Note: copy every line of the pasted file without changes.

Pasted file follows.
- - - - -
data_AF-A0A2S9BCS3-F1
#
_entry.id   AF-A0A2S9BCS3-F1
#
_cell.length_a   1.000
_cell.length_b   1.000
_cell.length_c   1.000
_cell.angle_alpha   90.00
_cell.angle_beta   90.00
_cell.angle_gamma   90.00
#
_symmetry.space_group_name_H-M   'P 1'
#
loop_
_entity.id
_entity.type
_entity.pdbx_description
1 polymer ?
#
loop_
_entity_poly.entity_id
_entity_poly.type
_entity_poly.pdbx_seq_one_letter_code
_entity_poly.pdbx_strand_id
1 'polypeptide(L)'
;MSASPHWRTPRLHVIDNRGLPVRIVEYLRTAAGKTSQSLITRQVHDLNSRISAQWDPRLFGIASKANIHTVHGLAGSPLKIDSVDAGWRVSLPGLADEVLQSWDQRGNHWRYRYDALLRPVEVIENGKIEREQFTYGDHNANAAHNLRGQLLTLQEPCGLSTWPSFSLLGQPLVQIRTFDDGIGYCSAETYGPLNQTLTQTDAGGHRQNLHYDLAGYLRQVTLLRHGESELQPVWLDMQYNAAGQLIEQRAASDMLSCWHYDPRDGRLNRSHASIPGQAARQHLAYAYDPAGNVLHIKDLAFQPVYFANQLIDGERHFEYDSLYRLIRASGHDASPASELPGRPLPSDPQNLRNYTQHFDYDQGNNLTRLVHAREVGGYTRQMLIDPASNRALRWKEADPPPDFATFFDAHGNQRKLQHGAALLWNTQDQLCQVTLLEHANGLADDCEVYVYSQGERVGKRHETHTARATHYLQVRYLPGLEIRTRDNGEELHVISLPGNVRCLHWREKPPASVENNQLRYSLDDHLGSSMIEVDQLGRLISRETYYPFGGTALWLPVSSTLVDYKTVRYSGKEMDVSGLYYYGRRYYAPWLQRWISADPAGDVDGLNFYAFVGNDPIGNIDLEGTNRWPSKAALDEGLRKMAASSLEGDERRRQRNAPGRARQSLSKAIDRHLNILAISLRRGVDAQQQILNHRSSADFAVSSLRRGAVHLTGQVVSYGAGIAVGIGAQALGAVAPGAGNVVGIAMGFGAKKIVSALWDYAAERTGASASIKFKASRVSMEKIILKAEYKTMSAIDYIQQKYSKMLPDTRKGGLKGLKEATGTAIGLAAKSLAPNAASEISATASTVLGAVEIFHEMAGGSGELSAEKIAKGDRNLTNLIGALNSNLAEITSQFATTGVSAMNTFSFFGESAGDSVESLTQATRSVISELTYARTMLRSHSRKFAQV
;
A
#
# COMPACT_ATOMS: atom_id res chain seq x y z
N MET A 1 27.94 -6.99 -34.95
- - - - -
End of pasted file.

data_AF-A0A2S9BCS3-F1
#
_entry.id   AF-A0A2S9BCS3-F1
#
_cell.length_a   1.000
_cell.length_b   1.000
_cell.length_c   1.000
_cell.angle_alpha   90.00
_cell.angle_beta   90.00
_cell.angle_gamma   90.00
#
_symmetry.space_group_name_H-M   'P 1'
#
loop_
_entity.id
_entity.type
_entity.pdbx_description
1 polymer ?
#
loop_
_entity_poly.entity_id
_entity_poly.type
_entity_poly.pdbx_seq_one_letter_code
_entity_poly.pdbx_strand_id
1 'polypeptide(L)'
;MSASPHWRTPRLHVIDNRGLPVRIVEYLRTAAGKTSQSLITRQVHDLNSRISAQWDPRLFGIASKANIHTVHGLAGSPLKIDSVDAGWRVSLPGLADEVLQSWDQRGNHWRYRYDALLRPVEVIENGKIEREQFTYGDHNANAAHNLRGQLLTLQEPCGLSTWPSFSLLGQPLVQIRTFDDGIGYCSAETYGPLNQTLTQTDAGGHRQNLHYDLAGYLRQVTLLRHGESELQPVWLDMQYNAAGQLIEQRAASDMLSCWHYDPRDGRLNRSHASIPGQAARQHLAYAYDPAGNVLHIKDLAFQPVYFANQLIDGERHFEYDSLYRLIRASGHDASPASELPGRPLPSDPQNLRNYTQHFDYDQGNNLTRLVHAREVGGYTRQMLIDPASNRALRWKEADPPPDFATFFDAHGNQRKLQHGAALLWNTQDQLCQVTLLEHANGLADDCEVYVYSQGERVGKRHETHTARATHYLQVRYLPGLEIRTRDNGEELHVISLPGNVRCLHWREKPPASVENNQLRYSLDDHLGSSMIEVDQLGRLISRETYYPFGGTALWLPVSSTLVDYKTVRYSGKEMDVSGLYYYGRRYYAPWLQRWISADPAGDVDGLNFYAFVGNDPIGNIDLEGTNRWPSKAALDEGLRKMAASSLEGDERRRQRNAPGRARQSLSKAIDRHLNILAISLRRGVDAQQQILNHRSSADFAVSSLRRGAVHLTGQVVSYGAGIAVGIGAQALGAVAPGAGNVVGIAMGFGAKKIVSALWDYAAERTGASASIKFKASRVSMEKIILKAEYKTMSAIDYIQQKYSKMLPDTRKGGLKGLKEATGTAIGLAAKSLAPNAASEISATASTVLGAVEIFHEMAGGSGELSAEKIAKGDRNLTNLIGALNSNLAEITSQFATTGVSAMNTFSFFGESAGDSVESLTQATRSVISELTYARTMLRSHSRKFAQV
;
A
#
# COMPACT_ATOMS: atom_id res chain seq x y z
N MET A 1 27.94 -6.99 -34.95